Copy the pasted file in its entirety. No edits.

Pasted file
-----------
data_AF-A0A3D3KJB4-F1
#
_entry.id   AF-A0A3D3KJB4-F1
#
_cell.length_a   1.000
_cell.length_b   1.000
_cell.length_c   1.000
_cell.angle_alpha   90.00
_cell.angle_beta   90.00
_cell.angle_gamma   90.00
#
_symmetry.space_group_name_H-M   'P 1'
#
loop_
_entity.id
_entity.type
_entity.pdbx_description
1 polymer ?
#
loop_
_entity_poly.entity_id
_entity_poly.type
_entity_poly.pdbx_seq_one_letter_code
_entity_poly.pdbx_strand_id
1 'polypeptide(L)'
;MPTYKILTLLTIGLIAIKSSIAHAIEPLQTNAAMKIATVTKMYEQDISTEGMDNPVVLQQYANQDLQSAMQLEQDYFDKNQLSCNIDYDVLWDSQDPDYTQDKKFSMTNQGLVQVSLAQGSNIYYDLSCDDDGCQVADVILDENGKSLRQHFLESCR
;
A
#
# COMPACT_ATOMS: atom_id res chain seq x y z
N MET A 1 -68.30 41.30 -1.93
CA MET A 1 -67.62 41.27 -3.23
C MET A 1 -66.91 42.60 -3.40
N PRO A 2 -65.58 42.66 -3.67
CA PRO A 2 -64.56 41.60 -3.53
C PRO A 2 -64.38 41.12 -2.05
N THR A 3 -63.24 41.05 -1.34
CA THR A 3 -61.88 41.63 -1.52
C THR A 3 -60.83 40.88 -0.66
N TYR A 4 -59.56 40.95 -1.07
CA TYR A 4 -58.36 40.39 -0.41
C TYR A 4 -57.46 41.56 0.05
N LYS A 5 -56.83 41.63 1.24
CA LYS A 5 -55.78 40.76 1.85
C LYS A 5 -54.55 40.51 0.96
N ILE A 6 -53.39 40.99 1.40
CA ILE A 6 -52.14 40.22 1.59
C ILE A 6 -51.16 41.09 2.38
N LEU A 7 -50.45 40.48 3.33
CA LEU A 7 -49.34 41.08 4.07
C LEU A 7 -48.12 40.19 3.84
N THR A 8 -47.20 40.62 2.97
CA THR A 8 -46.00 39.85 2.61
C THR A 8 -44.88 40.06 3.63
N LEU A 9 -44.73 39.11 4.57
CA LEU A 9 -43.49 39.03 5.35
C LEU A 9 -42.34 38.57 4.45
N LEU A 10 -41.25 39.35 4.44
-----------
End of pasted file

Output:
data_AF-A0A3D3KJB4-F1
#
_entry.id   AF-A0A3D3KJB4-F1
#
_cell.length_a   1.000
_cell.length_b   1.000
_cell.length_c   1.000
_cell.angle_alpha   90.00
_cell.angle_beta   90.00
_cell.angle_gamma   90.00
#
_symmetry.space_group_name_H-M   'P 1'
#
loop_
_entity.id
_entity.type
_entity.pdbx_description
1 polymer ?
#
loop_
_entity_poly.entity_id
_entity_poly.type
_entity_poly.pdbx_seq_one_letter_code
_entity_poly.pdbx_strand_id
1 'polypeptide(L)'
;MPTYKILTLLTIGLIAIKSSIAHAIEPLQTNAAMKIATVTKMYEQDISTEGMDNPVVLQQYANQDLQSAMQLEQDYFDKNQLSCNIDYDVLWDSQDPDYTQDKKFSMTNQGLVQVSLAQGSNIYYDLSCDDDGCQVADVILDENGKSLRQHFLESCR
;
A
#
# COMPACT_ATOMS: atom_id res chain seq x y z
N MET A 1 -68.30 41.30 -1.93
CA MET A 1 -67.62 41.27 -3.23
C MET A 1 -66.91 42.60 -3.40
N PRO A 2 -65.58 42.66 -3.67
CA PRO A 2 -64.56 41.60 -3.53
C PRO A 2 -64.38 41.12 -2.05
N THR A 3 -63.24 41.05 -1.34
CA THR A 3 -61.88 41.63 -1.52
C THR A 3 -60.83 40.88 -0.66
N TYR A 4 -59.56 40.95 -1.07
CA TYR A 4 -58.36 40.39 -0.41
C TYR A 4 -57.46 41.56 0.05
N LYS A 5 -56.83 41.63 1.24
CA LYS A 5 -55.78 40.76 1.85
C LYS A 5 -54.55 40.51 0.96
N ILE A 6 -53.39 40.99 1.40
CA ILE A 6 -52.14 40.22 1.59
C ILE A 6 -51.16 41.09 2.38
N LEU A 7 -50.45 40.48 3.33
CA LEU A 7 -49.34 41.08 4.07
C LEU A 7 -48.12 40.19 3.84
N THR A 8 -47.20 40.62 2.97
CA THR A 8 -46.00 39.85 2.61
C THR A 8 -44.88 40.06 3.63
N LEU A 9 -44.73 39.11 4.57
CA LEU A 9 -43.49 39.03 5.35
C LEU A 9 -42.34 38.57 4.45
N LEU A 10 -41.25 39.35 4.44